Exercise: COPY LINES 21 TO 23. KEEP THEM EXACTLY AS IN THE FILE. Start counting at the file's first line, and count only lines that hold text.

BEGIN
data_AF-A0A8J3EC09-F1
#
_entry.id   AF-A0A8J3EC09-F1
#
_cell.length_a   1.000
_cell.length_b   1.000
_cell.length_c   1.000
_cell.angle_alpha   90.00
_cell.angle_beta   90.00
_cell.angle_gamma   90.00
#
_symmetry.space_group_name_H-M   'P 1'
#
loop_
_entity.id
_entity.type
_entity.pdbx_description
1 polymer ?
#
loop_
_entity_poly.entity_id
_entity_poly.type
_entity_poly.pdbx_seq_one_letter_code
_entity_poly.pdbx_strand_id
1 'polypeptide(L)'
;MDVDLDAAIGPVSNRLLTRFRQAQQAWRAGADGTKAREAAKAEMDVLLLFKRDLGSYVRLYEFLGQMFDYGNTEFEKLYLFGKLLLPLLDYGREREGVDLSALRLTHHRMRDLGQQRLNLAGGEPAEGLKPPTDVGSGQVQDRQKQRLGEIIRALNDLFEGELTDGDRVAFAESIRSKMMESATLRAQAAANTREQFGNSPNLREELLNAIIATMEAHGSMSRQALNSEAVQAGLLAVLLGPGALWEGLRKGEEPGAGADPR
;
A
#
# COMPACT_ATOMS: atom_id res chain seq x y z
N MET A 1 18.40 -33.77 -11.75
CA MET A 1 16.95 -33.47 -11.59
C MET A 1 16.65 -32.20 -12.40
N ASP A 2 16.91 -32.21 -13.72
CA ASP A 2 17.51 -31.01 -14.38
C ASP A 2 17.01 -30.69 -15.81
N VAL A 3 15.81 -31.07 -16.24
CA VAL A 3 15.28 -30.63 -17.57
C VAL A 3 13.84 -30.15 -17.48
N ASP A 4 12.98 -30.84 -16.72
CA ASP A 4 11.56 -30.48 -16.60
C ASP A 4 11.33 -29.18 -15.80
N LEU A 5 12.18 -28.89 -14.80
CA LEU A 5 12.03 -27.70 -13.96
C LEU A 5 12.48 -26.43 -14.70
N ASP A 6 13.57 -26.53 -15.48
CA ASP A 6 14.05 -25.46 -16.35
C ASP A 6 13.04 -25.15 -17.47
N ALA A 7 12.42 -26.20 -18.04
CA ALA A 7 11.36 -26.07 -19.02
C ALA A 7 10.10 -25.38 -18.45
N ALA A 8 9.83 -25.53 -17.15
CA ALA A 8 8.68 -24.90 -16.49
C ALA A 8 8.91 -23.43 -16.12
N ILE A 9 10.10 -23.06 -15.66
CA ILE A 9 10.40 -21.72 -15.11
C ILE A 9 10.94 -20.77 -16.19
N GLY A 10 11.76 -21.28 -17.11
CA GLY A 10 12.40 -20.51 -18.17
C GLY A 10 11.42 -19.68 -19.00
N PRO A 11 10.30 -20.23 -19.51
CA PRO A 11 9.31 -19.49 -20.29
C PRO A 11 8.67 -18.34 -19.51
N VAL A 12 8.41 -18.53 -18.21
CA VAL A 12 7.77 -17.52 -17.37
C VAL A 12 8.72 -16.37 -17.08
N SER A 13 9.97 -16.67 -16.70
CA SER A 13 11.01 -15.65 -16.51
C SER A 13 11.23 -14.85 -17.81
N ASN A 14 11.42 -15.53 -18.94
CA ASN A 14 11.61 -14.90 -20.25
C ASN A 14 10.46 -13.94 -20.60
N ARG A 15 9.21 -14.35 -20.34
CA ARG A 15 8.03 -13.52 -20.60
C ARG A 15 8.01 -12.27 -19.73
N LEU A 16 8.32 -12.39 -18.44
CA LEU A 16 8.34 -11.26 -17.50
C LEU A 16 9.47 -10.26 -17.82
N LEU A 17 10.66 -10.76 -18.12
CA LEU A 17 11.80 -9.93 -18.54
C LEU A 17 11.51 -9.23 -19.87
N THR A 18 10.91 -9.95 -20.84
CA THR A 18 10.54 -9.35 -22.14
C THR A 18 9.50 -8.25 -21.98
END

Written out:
_entity_poly.entity_id
_entity_poly.type
_entity_poly.pdbx_seq_one_letter_code